Social and sex industry hierarchies are deeply ingrained in human societies, often determining power dynamics and influencing perceptions. These hierarchies are present in mainstream culture and permeate the sex industry, creating divisions and stigmas among those involved in various forms of sex work. As a result, marginalized communities within the industry struggle to create a united front against their challenges.
Many people quickly differentiate themselves from others in the sex industry, drawing arbitrary lines between different types of work. This behaviour may stem from a subconscious need to imitate societal hierarchies, the desire to gain social capital or internalized stigmas about sex work. This division can lead to increased isolation and disunity among sex workers.
The question of who can identify as a sex worker is also debated. Some argue that anyone whose income is tied to sex and sexuality is a sex worker, while others base the distinction on the level of risk involved in the work. The passage of Bill C-36, also known as the Protection of Communities and Exploited Persons Act (PCEPA), in 2014 led to many sex professionals identifying as sex workers due to increased censorship and discrimination.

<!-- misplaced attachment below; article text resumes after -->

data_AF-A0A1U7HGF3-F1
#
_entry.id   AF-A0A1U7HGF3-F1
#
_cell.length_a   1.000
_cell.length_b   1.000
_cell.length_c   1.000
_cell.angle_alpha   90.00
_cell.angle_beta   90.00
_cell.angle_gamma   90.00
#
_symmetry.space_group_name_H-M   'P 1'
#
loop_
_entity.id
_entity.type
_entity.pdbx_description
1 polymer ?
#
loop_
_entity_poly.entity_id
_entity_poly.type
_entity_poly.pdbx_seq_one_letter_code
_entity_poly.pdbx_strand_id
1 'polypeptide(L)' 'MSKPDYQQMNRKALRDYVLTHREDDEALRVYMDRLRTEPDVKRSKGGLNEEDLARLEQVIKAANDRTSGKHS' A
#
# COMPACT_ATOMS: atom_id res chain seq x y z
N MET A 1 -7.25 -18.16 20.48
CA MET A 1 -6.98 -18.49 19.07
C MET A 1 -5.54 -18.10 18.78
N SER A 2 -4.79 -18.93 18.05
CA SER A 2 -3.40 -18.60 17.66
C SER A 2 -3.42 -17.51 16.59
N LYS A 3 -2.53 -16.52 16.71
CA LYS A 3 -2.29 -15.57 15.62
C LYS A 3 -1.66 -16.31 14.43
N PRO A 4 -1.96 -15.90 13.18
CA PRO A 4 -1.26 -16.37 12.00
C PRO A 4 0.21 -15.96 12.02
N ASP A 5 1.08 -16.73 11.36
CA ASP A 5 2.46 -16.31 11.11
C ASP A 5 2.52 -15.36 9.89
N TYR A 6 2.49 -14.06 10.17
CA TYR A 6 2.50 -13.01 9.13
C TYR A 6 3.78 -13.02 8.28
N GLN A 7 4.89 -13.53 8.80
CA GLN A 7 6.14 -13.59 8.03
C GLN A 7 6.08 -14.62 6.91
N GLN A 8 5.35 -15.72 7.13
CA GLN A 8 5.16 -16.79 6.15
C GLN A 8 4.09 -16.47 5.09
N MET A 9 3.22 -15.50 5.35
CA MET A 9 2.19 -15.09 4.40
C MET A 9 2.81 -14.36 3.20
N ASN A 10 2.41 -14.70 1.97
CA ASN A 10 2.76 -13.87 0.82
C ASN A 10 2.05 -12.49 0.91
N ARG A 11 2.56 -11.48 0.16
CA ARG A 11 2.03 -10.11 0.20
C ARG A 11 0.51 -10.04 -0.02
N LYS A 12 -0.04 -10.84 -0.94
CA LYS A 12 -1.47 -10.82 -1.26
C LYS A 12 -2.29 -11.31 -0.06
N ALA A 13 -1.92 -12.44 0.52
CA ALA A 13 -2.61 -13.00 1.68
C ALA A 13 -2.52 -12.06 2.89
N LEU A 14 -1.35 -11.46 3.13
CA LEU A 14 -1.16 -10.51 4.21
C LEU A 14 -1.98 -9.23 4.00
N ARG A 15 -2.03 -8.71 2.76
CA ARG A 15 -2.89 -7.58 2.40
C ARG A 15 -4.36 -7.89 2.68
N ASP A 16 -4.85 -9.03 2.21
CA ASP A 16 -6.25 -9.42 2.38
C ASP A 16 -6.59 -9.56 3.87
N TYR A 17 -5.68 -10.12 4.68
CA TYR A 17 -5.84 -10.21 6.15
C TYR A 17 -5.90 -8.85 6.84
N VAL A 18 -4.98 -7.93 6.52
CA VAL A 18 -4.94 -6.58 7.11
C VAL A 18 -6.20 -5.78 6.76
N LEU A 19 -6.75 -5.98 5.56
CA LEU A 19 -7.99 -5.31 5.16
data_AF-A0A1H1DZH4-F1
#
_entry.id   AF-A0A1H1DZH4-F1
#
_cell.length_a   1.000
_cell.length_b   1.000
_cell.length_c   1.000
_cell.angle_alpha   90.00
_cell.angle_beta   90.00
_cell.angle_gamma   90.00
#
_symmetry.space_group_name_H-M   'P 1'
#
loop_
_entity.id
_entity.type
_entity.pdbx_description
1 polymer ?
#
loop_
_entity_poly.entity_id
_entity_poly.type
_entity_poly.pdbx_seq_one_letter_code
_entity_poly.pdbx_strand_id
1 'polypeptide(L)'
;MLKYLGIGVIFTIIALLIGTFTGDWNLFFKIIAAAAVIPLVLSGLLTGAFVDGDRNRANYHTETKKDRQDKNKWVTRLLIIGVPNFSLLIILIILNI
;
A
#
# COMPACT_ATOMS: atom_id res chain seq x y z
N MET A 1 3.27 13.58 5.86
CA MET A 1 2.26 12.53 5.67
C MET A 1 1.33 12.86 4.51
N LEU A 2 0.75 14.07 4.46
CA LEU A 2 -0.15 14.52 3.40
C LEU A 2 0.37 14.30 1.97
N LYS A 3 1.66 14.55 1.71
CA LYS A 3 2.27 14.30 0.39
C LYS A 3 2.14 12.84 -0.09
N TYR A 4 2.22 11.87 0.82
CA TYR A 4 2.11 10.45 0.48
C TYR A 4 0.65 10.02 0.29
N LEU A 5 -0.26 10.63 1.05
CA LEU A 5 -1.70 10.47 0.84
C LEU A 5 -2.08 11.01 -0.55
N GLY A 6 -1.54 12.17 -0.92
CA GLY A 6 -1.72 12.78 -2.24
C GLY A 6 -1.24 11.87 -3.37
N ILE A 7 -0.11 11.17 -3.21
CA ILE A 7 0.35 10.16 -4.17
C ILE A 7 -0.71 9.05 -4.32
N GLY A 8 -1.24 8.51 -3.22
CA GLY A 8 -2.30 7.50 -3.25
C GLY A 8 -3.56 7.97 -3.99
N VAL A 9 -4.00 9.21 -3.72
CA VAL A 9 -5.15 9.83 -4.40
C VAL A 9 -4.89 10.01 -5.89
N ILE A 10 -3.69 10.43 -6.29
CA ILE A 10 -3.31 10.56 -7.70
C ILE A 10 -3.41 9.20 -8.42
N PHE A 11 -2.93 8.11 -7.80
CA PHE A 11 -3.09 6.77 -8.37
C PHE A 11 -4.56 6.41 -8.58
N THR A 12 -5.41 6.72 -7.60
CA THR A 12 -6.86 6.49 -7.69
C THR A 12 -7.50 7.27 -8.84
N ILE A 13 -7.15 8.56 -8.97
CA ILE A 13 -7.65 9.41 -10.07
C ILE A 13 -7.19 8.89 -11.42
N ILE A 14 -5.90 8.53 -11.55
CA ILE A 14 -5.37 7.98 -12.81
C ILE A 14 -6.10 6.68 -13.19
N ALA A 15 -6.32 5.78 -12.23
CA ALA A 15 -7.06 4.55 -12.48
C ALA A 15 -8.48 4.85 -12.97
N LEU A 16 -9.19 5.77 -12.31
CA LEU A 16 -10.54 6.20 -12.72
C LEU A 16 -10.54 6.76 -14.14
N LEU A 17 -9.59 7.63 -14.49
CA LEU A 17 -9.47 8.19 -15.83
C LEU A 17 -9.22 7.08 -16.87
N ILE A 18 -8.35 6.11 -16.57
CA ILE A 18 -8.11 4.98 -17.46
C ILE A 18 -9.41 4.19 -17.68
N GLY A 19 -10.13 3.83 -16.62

However, focusing on these internal divisions detracts from the real issues faced by sex workers, such as housing discrimination, lack of access to healthcare, and violence. Instead of debating semantics, the sex work community could redirect its energy towards empowering workers and improving industry conditions.
The solution to breaking these social hierarchies lies in changing society’s perception of sex work as a legitimate form of labor. By working together to challenge stigmas and foster acceptance, the sex work community can overcome the barriers imposed by internal hierarchies and create a more inclusive, supportive environment.